Acted-out Haggadah brings Exodus story’s forgotten females to the fore.
As a “new Jew,” a recent convert to Judaism, Desiree O’Clair was first exposed to the Passover seder a few years ago, at friends’ holiday tables. She then tried her hand at leading her own seders, and decided, “I have to learn how to do this properly.”
Recently diagnosed with multiple sclerosis, I first came to Bonaire, a Dutch Caribbean island near Curacao, more than 30 years ago. I was treating myself to a vacation where no one knew me and I was far away from the stressful life in the “big city.”
This year’s anti-Semitism must have a place at the seder table.
Special To The Jewish Week
What will Jews do this year?
Passover is a time of joy and freedom, anticipation and redemption. And because we are strong and free, we can afford one pointed flash of anger. After the meal, we traditionally open the door for Elijah and say three biblical verses of vindictiveness that begin “Pour out Your wrath…” Shfokh hamatkha al ha-goyim. We crave justice. We seek revenge. We ask that our enemies get their just desserts for all of the irrational hatred we’ve suffered. We note the spilled venom of centuries that has taken innocent Jewish lives.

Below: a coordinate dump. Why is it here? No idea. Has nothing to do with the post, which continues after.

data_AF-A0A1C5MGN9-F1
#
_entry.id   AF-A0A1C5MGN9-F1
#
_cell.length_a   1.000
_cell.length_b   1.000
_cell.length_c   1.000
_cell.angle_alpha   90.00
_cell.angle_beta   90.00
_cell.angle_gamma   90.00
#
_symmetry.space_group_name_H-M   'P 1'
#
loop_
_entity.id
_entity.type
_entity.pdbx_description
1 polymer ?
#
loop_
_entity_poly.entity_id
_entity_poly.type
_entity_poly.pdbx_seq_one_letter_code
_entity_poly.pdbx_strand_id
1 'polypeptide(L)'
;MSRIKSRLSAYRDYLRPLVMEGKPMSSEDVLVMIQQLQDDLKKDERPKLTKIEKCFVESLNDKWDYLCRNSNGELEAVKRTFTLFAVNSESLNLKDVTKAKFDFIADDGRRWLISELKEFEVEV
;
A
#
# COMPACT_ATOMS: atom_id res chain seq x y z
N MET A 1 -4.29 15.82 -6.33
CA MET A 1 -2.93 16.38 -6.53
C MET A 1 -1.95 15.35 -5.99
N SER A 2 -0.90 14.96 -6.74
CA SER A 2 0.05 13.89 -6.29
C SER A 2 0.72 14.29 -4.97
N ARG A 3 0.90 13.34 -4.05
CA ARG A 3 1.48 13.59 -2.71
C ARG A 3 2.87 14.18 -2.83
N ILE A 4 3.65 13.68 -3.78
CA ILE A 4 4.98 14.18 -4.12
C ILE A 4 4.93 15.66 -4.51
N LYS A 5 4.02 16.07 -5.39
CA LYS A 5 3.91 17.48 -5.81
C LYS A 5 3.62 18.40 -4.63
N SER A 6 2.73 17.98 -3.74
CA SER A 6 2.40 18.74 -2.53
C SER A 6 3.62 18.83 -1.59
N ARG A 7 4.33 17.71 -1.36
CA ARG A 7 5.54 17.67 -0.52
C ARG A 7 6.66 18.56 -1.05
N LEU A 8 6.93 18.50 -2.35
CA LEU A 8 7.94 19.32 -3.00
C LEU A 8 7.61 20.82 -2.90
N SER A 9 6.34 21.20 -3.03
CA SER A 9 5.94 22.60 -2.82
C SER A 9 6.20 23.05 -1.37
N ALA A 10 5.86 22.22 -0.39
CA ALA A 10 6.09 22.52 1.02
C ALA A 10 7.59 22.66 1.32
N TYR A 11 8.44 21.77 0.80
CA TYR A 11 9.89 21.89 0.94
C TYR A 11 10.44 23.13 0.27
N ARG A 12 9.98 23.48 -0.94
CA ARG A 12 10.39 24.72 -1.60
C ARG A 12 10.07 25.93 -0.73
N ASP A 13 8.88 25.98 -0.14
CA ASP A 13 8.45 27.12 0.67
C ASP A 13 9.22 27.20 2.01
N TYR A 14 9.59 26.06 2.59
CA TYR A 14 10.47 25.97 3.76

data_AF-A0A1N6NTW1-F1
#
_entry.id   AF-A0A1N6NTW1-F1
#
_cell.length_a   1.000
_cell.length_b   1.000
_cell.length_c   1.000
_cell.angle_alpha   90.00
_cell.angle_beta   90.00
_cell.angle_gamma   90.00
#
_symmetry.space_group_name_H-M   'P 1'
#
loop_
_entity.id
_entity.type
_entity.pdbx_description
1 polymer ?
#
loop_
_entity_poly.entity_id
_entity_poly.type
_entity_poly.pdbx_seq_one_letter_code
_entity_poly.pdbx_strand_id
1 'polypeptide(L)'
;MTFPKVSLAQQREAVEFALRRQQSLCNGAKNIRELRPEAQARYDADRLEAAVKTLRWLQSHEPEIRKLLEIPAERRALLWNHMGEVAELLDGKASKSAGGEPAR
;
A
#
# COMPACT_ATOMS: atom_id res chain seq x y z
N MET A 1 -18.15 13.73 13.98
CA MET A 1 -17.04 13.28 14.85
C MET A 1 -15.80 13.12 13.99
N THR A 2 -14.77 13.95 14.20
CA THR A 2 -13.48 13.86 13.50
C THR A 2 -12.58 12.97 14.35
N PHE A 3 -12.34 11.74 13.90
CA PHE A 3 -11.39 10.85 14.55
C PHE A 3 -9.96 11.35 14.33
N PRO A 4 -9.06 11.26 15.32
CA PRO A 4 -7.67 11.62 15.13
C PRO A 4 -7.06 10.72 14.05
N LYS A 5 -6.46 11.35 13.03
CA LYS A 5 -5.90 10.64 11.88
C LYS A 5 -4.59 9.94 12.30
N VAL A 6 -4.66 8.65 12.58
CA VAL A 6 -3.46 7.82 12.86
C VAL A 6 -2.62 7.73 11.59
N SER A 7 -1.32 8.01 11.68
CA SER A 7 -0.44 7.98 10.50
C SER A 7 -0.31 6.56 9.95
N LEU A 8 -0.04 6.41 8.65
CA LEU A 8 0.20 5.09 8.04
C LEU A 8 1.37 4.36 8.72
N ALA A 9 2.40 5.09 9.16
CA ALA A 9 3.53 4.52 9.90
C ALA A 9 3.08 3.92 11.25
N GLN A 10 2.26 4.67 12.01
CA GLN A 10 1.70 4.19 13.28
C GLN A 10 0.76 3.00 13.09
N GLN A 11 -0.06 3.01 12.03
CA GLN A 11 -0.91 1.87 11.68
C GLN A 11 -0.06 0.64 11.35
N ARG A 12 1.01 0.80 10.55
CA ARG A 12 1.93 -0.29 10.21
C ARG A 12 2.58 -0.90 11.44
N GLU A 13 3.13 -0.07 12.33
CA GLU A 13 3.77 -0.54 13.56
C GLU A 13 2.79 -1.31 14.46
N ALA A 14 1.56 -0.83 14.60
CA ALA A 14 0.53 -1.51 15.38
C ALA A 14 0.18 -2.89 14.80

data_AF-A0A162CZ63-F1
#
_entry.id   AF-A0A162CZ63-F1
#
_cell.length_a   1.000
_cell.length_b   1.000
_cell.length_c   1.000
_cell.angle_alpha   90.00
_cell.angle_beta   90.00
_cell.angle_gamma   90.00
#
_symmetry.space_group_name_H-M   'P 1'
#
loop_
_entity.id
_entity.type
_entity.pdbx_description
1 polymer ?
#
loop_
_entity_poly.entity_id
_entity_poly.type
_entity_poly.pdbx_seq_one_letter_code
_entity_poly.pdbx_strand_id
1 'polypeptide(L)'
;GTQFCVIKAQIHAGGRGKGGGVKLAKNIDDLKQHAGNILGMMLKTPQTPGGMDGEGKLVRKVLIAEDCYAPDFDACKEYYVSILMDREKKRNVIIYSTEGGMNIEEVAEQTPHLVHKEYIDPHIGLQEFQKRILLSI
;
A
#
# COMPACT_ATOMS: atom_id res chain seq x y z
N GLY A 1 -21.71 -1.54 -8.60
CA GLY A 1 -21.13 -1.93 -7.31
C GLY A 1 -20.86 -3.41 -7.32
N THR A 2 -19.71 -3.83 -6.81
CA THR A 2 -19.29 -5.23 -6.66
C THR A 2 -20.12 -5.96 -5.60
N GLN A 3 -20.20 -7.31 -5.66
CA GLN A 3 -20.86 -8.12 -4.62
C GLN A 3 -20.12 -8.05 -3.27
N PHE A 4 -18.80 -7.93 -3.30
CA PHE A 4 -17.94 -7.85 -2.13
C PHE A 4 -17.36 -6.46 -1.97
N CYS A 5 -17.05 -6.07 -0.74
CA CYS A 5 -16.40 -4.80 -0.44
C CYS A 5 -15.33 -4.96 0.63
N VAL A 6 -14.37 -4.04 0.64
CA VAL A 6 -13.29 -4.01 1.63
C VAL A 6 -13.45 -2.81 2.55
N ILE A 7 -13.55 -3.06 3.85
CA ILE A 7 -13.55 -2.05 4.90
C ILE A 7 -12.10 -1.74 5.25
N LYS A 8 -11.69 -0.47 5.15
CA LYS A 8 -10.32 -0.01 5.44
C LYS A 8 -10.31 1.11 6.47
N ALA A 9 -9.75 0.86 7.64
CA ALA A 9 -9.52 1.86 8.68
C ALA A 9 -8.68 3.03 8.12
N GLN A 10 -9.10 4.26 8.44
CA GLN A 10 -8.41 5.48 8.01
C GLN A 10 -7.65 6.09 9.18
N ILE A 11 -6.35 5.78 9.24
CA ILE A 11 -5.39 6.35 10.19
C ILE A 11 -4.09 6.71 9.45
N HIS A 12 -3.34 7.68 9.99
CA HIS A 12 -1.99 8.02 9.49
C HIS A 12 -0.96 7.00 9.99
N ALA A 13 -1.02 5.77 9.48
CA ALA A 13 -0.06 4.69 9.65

Something new to worry about: It began with the conversation with one of my oldest friends, who is a trustee of the Metropolitan Opera. She noted that ticket sales were down due to the fact that people do not like to commit to subscriptions, which requires them to be in attendance at a performance at a certain time on a certain evening. She also noted that her cousin, who is a director of the National Theater in London, had told her that all of the performing arts are in trouble because we live today in an on-demand world.
When we think of the challenges of hosting a seder, the physical – the cleaning and cooking – immediately spring to mind. Another challenge is negotiating the tension between the meal’s ritual requirements and the obligation to make the story actually speak to the participants who are there.